(Coming up is five days or so of stories based on (fairly common) idiomatic phrases).
Lester used often the not uncommon saying, “Good things come to those who wait”. He might have said it often but he certainly didn’t live it. He was most hated for his shocking rudeness when every weekend at the village market he would push himself to the front of every queue.
It was Norm who spoke for all when he said to Lester, “Once again, you’re pushing yourself ahead of those of us who are waiting in line. Know that good things come to those of us who wait.” Every waiting villager in the line knew exactly what Norm meant. It had happened before.
The following Saturday Norm bought along his baseball bat. Lester pushed ahead to the front of the waiting line.
As Lorna of 34 Hillsbury Crescent later said, “He had it coming. We feel exonerated. Good things come to those who wait.”
Every morning I go to the café to get a latte and hopefully to catch a glimpse of her. Her name I believe is Claudia. She seems lovely. She is one of three baristas that work behind the counter but the café is so popular that you can’t guarantee that you’ll be served by Claudia. In fact I’ve only struck her twice. But she is there behind the counter being pleasant to everyone and looking enchanting. I’m sure she notices me. Sometimes she nods a greeting in my direction.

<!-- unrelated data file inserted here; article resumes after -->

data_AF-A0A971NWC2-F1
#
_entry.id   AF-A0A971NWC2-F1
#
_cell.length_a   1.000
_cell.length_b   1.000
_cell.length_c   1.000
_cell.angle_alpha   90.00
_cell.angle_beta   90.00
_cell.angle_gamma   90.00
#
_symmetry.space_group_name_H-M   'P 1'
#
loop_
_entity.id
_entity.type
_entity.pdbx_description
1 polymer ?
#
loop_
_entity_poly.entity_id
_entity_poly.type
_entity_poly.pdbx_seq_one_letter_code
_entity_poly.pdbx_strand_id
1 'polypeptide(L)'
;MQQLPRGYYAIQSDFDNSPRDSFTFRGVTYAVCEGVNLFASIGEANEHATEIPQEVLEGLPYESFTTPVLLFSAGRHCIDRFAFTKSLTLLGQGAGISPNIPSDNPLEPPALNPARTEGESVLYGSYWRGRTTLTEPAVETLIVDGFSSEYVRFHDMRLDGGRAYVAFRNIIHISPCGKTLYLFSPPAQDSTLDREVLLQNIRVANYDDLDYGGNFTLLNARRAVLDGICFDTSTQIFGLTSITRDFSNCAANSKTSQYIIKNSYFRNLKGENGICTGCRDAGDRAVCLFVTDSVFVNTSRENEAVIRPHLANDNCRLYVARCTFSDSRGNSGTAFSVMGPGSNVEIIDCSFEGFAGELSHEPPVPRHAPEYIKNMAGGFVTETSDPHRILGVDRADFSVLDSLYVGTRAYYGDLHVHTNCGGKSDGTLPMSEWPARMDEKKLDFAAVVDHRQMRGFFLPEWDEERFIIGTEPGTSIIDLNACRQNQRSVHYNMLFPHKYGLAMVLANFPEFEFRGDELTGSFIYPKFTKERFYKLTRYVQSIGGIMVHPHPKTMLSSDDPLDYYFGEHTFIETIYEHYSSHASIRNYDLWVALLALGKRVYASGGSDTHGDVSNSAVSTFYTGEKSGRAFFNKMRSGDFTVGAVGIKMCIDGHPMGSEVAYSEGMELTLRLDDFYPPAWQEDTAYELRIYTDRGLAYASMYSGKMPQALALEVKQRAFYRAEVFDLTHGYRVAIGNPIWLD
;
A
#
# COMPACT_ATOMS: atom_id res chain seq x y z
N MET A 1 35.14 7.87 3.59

Next time I get her in the café line I’m going to be really daring and ask if she wants to go to the movies or something. She can only say no. I’ve never had much luck at dating but I’m not giving up yet. She can’t say yes if she’s not asked.
I try to be positive about things but so often rejection seems to be the name of the game. You can tell that most women I ask for a date are not too keen to go out with a guy in a wheelchair.
Cedric had to cross a railway line to get home after work. It wasn’t a direct thing. He would get dropped off next to the railway line after his ride home from work. Then he would walk through a small line of trees, cross over the railway track, pass through another line of trees, cross an unbusy road, and he would be home.
He did that every working day for nearly five years. The trains came through at regular times, so he didn’t need to look as he crossed over. Besides, who couldn’t hear a train coming?
And so it was; get dropped off; go through trees; cross the railway track; go through more trees; cross the road; home.
After five years, Cedric decided to move house. On his very last day in his old house, before moving, he crossed the railway line, and was tragically hit by a car while crossing the road.